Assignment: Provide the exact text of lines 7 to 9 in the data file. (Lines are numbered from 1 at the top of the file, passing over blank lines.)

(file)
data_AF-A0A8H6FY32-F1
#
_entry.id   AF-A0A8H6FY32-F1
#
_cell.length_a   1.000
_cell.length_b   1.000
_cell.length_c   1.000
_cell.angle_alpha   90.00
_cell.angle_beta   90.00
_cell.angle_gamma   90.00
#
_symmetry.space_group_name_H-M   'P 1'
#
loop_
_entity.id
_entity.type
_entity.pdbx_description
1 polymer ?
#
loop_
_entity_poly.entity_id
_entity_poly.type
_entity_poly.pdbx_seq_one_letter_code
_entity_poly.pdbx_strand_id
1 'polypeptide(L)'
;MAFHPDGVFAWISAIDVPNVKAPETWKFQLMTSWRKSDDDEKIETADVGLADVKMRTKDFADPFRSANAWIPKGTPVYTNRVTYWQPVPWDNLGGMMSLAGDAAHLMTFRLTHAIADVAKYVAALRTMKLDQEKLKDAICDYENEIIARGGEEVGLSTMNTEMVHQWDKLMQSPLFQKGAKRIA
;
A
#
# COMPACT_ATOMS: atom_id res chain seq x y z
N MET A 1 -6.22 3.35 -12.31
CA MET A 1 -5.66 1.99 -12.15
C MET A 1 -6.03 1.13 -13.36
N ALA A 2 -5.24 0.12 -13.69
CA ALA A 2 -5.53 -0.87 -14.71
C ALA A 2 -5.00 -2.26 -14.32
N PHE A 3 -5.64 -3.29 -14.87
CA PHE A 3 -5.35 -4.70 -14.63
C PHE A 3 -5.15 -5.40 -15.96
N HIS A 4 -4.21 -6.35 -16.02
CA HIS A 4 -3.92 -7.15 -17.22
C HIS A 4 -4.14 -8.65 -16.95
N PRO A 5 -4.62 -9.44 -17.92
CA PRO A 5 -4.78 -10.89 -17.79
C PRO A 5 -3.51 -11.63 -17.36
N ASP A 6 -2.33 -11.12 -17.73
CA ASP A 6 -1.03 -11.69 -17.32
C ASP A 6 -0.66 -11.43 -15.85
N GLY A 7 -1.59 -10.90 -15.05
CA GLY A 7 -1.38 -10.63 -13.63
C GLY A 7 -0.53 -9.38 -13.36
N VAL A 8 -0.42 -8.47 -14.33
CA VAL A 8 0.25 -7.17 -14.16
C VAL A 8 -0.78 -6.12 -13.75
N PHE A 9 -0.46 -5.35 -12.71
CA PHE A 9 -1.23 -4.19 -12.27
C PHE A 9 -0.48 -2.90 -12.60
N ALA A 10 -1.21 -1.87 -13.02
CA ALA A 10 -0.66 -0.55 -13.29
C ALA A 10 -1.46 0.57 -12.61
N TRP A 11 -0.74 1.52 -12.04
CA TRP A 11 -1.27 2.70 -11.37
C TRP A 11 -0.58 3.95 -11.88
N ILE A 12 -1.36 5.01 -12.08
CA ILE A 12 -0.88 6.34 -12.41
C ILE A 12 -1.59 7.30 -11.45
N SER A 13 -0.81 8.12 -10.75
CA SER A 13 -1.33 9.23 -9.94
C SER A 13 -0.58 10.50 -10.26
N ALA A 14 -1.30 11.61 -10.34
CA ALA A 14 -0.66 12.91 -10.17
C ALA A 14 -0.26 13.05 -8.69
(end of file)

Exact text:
_cell.length_c   1.000
_cell.angle_alpha   90.00
_cell.angle_beta   90.00